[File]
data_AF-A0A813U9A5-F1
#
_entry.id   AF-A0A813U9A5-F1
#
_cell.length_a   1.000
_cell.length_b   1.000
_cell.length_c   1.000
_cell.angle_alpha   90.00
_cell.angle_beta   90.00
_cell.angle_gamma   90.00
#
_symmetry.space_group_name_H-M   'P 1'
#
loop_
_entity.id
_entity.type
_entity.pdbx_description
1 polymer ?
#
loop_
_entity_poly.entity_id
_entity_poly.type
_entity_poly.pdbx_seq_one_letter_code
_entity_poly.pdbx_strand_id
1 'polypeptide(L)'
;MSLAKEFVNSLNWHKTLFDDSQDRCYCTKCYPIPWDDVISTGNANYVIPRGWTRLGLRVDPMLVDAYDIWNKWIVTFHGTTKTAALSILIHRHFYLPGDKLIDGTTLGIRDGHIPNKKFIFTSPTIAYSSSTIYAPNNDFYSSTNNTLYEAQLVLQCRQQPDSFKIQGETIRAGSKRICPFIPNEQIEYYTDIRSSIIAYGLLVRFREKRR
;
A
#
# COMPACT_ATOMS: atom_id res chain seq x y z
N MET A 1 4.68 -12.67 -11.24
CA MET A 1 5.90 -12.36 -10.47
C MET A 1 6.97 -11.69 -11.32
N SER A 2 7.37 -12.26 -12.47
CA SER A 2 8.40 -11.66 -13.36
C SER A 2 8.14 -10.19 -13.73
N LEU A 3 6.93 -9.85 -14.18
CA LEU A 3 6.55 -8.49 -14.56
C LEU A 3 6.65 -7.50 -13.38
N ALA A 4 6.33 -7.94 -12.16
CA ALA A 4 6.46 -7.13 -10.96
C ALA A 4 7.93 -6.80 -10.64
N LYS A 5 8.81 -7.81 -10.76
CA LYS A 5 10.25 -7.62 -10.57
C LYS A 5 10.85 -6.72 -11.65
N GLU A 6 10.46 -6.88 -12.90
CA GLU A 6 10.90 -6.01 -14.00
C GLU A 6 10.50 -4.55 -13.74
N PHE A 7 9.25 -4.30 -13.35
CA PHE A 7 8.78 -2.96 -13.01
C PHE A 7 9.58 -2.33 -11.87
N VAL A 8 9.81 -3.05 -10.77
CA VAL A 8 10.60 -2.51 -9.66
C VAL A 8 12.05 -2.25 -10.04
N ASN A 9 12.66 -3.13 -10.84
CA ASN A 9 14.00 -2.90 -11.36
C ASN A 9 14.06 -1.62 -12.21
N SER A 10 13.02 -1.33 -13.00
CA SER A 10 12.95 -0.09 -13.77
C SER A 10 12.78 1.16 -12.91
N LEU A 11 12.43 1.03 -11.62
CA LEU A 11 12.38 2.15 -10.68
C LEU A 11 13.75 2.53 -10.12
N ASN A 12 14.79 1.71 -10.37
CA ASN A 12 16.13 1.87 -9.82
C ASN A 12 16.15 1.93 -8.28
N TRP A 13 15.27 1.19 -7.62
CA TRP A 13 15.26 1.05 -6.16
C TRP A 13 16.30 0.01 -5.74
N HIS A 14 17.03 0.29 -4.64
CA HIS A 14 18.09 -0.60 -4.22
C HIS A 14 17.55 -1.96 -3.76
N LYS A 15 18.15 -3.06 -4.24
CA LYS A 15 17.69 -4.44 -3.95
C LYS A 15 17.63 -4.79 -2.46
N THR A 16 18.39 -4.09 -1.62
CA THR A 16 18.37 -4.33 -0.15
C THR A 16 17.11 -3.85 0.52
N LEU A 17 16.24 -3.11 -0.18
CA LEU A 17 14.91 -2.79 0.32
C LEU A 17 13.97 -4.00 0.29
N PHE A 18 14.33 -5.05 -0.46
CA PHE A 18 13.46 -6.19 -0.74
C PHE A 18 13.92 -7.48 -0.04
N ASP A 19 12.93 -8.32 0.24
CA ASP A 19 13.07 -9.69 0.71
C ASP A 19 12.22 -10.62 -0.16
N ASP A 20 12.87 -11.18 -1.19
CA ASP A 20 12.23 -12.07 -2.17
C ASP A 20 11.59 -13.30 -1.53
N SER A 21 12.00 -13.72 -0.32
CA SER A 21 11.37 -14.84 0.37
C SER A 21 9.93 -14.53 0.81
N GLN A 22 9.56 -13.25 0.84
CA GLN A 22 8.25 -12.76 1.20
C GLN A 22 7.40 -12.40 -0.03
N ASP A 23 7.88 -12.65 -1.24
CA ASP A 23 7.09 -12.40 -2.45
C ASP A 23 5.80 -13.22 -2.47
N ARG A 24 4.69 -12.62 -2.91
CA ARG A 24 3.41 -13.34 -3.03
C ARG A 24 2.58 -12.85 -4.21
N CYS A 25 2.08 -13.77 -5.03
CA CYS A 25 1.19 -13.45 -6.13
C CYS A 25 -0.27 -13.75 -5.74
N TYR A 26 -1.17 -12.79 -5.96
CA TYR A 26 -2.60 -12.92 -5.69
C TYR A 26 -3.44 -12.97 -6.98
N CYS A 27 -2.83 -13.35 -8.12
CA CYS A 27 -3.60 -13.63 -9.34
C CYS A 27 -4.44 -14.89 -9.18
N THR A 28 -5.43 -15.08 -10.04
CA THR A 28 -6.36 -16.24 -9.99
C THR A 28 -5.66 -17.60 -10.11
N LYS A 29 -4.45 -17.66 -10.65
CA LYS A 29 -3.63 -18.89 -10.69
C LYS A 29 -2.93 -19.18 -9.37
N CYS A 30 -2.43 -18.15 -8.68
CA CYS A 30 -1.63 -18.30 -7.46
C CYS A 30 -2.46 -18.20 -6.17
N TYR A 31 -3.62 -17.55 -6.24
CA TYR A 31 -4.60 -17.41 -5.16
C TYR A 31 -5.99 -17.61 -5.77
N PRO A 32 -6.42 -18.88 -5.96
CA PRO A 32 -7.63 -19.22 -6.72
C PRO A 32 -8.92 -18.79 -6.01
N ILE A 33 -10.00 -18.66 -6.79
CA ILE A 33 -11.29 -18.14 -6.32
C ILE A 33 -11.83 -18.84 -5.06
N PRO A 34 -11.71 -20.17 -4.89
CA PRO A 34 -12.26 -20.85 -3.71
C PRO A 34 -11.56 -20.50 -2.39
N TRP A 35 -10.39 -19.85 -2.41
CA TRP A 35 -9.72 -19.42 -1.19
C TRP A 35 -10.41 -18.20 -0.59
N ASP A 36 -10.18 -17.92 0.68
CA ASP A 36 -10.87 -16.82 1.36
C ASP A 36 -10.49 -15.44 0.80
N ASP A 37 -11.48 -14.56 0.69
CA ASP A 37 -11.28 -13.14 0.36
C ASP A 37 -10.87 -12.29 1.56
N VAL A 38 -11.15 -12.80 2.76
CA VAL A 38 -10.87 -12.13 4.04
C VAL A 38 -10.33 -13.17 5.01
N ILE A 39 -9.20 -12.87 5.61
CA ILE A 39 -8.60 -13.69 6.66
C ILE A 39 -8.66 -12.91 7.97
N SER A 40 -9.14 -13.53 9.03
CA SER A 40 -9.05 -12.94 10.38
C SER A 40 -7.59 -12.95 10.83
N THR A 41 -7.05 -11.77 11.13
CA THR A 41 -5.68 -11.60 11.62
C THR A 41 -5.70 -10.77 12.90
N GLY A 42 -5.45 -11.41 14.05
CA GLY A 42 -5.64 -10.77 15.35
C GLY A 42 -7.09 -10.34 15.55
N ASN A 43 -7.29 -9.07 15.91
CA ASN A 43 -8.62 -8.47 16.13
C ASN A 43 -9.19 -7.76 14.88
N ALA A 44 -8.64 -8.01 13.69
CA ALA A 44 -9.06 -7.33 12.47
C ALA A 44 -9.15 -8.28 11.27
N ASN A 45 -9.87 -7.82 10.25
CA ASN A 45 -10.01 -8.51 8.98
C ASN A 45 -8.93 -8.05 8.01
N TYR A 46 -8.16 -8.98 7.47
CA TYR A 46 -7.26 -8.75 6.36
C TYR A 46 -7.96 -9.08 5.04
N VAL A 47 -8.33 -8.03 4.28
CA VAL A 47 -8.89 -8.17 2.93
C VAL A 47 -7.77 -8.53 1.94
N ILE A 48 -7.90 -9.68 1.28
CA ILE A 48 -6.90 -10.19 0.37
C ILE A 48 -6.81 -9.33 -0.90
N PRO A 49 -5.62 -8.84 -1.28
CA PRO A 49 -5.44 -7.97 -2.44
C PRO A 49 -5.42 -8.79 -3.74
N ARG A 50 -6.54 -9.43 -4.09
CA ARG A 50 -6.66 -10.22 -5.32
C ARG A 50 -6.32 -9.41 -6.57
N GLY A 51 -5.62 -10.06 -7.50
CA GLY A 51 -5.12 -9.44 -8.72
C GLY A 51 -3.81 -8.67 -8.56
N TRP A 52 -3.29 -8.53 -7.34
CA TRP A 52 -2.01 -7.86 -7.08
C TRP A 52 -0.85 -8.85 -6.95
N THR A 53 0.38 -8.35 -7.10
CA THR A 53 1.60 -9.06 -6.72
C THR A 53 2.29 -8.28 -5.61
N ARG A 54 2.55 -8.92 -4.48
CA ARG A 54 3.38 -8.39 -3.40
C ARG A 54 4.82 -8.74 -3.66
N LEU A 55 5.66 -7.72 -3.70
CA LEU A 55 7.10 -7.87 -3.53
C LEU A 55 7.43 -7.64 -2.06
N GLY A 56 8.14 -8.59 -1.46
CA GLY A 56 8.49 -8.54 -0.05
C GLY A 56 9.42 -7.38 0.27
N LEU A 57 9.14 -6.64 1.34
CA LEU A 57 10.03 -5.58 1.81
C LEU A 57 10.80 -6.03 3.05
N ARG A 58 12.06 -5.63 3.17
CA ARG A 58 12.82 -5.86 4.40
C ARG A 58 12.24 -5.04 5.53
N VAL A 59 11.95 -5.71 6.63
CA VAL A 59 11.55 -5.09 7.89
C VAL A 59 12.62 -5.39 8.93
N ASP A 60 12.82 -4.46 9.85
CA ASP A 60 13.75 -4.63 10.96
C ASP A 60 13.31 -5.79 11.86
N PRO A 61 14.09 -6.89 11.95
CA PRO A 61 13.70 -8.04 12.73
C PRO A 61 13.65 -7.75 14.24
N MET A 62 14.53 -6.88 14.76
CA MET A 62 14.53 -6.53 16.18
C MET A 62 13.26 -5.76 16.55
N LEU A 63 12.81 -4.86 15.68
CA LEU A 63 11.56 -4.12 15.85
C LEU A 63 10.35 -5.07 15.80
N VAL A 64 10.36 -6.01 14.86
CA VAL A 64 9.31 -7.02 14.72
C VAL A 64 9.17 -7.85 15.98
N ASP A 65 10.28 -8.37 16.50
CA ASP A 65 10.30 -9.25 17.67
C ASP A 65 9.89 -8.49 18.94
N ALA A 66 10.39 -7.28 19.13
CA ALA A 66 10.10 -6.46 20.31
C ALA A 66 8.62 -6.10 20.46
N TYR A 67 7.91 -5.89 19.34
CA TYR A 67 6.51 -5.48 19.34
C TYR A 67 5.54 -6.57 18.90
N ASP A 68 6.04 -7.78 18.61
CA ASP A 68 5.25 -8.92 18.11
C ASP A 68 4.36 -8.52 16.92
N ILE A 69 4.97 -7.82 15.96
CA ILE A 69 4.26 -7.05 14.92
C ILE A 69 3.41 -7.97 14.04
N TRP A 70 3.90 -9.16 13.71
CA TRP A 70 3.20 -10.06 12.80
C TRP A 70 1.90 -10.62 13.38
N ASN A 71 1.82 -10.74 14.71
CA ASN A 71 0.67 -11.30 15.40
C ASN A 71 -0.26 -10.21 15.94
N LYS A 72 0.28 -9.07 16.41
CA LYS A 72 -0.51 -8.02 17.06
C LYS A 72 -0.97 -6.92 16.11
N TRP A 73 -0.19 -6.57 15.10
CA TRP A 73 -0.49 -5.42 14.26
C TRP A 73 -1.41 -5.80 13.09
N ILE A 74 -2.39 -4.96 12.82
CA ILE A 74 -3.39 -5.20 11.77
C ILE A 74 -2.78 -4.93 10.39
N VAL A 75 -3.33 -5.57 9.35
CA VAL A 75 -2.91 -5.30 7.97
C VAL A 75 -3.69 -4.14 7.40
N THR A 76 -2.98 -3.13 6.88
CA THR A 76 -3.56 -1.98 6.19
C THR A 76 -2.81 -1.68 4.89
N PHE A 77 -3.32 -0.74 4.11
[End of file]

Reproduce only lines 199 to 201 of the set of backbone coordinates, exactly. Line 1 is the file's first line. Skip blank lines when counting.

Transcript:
N LEU A 57 9.14 -6.64 1.34
CA LEU A 57 10.03 -5.58 1.81
C LEU A 57 10.80 -6.03 3.05